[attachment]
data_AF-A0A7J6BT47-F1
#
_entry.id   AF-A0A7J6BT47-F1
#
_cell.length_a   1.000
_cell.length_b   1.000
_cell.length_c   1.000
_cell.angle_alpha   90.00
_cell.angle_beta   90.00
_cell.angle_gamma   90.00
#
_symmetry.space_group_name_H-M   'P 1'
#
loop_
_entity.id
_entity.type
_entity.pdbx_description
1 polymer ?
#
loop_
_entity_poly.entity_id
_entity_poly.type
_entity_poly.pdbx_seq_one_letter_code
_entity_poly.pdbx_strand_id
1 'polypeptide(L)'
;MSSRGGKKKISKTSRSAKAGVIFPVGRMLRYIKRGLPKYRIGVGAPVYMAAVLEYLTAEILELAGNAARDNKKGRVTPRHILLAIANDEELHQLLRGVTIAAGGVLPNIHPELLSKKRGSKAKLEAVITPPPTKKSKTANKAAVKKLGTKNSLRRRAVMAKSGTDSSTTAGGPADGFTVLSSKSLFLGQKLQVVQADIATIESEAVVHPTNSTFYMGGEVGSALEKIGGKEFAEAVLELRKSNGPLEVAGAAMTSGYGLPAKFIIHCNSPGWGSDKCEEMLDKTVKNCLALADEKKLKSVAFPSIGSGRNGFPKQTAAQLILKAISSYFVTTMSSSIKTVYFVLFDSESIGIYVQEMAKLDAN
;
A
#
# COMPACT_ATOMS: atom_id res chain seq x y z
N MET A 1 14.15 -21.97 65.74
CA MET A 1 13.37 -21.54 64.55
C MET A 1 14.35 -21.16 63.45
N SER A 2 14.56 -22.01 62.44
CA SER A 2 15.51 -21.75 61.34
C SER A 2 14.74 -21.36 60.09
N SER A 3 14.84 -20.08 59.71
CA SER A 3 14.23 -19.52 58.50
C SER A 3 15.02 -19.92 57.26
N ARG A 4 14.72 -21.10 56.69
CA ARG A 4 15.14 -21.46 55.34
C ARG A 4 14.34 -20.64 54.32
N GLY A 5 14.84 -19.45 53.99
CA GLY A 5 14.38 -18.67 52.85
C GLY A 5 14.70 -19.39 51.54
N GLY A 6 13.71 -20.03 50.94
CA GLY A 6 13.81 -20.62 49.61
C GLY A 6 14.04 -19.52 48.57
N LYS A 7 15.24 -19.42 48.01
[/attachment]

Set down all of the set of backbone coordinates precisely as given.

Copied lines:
data_AF-A0A7J6BT47-F1
#
_entry.id   AF-A0A7J6BT47-F1
#
_cell.length_a   1.000
_cell.length_b   1.000
_cell.length_c   1.000
_cell.angle_alpha   90.00
_cell.angle_beta   90.00
_cell.angle_gamma   90.00
#
_symmetry.space_group_name_H-M   'P 1'
#
loop_
_entity.id
_entity.type
_entity.pdbx_description
1 polymer ?
#
loop_
_entity_poly.entity_id
_entity_poly.type
_entity_poly.pdbx_seq_one_letter_code
_entity_poly.pdbx_strand_id
1 'polypeptide(L)'
;MSSRGGKKKISKTSRSAKAGVIFPVGRMLRYIKRGLPKYRIGVGAPVYMAAVLEYLTAEILELAGNAARDNKKGRVTPRHILLAIANDEELHQLLRGVTIAAGGVLPNIHPELLSKKRGSKAKLEAVITPPPTKKSKTANKAAVKKLGTKNSLRRRAVMAKSGTDSSTTAGGPADGFTVLSSKSLFLGQKLQVVQADIATIESEAVVHPTNSTFYMGGEVGSALEKIGGKEFAEAVLELRKSNGPLEVAGAAMTSGYGLPAKFIIHCNSPGWGSDKCEEMLDKTVKNCLALADEKKLKSVAFPSIGSGRNGFPKQTAAQLILKAISSYFVTTMSSSIKTVYFVLFDSESIGIYVQEMAKLDAN
;
A
#
# COMPACT_ATOMS: atom_id res chain seq x y z
N MET A 1 14.15 -21.97 65.74
CA MET A 1 13.37 -21.54 64.55
C MET A 1 14.35 -21.16 63.45
N SER A 2 14.56 -22.01 62.44
CA SER A 2 15.51 -21.75 61.34
C SER A 2 14.74 -21.36 60.09
N SER A 3 14.84 -20.08 59.71
CA SER A 3 14.23 -19.52 58.50
C SER A 3 15.02 -19.92 57.26
N ARG A 4 14.72 -21.10 56.69
CA ARG A 4 15.14 -21.46 55.34
C ARG A 4 14.34 -20.64 54.32
N GLY A 5 14.84 -19.45 53.99
CA GLY A 5 14.38 -18.67 52.85
C GLY A 5 14.70 -19.39 51.54
N GLY A 6 13.71 -20.03 50.94
CA GLY A 6 13.81 -20.62 49.61
C GLY A 6 14.04 -19.52 48.57
N LYS A 7 15.24 -19.42 48.01